When I was a teenager I came up with a way of dealing with my cacophonous mind that I called “the quiet game.” And it was exactly what it sounds like. No sound. I would do my best to live without making any noise for as long as possible. I quieted the squeak of my sneakers in the school hallways. I breathed in and out so slowly and deliberately as to make the process entirely silent inside my body. My heart was the thing that could not quiet itself and I endured its persistent thudding, like a drum, resonating in the calm.
Nick was out of town all of last week. Usually when he goes away I use the time to work on a huge, messy project. And I revel in the fact that it doesn’t need to be tidied up until the day he returns. Not this time. Between the state of my house, the state of my existing projects and the state of the country all I found myself able to do was be very, very quiet.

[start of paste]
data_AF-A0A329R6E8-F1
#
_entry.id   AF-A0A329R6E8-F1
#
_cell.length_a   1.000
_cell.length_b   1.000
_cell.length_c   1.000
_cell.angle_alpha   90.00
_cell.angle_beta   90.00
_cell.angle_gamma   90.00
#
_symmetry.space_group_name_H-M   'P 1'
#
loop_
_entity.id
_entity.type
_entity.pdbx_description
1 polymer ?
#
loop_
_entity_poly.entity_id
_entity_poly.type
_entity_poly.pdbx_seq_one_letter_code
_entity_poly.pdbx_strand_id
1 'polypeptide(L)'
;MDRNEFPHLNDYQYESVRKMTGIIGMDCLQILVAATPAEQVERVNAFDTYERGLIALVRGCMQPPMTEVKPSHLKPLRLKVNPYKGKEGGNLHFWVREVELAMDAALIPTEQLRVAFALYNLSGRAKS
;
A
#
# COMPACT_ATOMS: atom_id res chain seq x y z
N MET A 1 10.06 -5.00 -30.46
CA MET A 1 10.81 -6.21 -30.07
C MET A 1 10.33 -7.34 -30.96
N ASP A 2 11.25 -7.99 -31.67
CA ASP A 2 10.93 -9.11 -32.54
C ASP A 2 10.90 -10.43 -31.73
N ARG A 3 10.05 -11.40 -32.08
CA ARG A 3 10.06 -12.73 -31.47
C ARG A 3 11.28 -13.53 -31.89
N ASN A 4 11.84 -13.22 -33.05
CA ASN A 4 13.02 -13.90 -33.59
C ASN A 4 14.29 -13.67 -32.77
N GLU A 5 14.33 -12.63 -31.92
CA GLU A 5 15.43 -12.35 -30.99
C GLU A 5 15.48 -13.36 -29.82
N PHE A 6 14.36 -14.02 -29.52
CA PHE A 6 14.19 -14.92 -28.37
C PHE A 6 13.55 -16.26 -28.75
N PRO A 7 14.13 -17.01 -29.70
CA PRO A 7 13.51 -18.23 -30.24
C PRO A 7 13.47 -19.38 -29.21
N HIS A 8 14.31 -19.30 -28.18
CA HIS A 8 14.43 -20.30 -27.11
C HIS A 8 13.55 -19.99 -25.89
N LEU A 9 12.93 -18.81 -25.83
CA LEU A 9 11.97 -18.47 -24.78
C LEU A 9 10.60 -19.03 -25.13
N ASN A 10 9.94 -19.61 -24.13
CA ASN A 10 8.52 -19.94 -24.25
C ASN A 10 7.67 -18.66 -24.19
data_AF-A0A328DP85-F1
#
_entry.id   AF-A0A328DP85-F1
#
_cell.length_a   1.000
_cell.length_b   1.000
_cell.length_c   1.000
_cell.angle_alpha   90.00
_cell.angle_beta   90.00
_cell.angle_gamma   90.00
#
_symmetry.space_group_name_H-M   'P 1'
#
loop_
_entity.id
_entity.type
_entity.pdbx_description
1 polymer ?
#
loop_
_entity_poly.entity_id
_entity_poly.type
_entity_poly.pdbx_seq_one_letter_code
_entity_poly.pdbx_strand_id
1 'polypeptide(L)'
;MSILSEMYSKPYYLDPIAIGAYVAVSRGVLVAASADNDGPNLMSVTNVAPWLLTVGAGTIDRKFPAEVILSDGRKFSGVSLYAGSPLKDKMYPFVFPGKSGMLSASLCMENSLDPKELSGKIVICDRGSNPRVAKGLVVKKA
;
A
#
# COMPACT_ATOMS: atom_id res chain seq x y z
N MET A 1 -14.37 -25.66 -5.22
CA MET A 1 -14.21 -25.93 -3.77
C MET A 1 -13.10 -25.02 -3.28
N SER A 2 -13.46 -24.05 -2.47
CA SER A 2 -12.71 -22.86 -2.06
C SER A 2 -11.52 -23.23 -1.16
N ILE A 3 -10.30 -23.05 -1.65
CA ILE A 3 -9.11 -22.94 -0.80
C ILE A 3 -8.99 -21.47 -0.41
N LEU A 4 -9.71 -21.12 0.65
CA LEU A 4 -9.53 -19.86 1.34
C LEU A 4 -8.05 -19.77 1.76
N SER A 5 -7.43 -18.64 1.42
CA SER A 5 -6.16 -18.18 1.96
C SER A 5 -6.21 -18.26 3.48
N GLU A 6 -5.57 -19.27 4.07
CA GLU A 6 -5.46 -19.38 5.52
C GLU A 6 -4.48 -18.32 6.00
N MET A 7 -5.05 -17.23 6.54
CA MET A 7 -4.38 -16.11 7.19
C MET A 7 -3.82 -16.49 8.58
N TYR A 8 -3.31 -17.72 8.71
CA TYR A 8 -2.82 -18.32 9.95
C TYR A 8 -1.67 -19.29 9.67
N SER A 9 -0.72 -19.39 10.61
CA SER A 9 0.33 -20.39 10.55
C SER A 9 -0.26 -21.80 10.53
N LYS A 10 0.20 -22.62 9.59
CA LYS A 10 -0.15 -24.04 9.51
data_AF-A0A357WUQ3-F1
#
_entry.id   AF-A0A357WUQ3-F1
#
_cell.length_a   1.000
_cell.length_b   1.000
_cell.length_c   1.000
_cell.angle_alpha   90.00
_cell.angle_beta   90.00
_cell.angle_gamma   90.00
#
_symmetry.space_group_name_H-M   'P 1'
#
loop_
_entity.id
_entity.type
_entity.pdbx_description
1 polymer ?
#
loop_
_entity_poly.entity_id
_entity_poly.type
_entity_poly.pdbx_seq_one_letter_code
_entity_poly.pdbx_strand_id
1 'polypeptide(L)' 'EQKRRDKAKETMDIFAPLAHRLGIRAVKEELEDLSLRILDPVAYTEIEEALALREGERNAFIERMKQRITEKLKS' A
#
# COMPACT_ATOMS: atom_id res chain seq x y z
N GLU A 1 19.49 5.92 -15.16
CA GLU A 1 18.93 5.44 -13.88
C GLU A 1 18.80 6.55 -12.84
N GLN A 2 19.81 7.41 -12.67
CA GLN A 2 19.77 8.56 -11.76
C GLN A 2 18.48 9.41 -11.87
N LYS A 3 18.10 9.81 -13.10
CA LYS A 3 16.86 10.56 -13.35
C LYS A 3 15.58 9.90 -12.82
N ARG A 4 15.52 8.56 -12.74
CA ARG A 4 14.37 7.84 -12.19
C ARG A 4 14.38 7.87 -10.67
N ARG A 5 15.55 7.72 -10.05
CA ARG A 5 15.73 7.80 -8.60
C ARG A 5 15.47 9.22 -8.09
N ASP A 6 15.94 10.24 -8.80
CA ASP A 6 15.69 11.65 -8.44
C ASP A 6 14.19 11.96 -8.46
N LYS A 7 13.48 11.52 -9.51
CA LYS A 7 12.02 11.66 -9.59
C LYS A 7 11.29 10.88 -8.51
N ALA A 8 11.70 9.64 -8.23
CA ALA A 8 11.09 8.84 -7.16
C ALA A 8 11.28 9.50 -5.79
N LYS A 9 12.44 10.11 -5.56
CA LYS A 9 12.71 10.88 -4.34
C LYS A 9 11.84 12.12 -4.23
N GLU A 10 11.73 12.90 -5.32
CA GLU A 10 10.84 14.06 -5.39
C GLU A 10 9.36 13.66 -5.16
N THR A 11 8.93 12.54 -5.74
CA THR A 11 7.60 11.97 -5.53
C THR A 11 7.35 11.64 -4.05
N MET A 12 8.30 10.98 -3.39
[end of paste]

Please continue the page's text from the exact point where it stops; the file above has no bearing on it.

I made extra cups of coffee, wrote for hours in my journal, read during Faye’s naps, and tentatively stitched away at a few orders and projects. I called my congress persons and signed petitions, I watched my news feed and tried to quiet the thundering of my heart and the whispers of my guilty conscience for not being among the protesters in the streets or at the airports on account of the tiny, sleeping person in the next room. I laid awake at night and finally dragged my laptop into bed with a mountain of pillows and watched movies alone in the dark.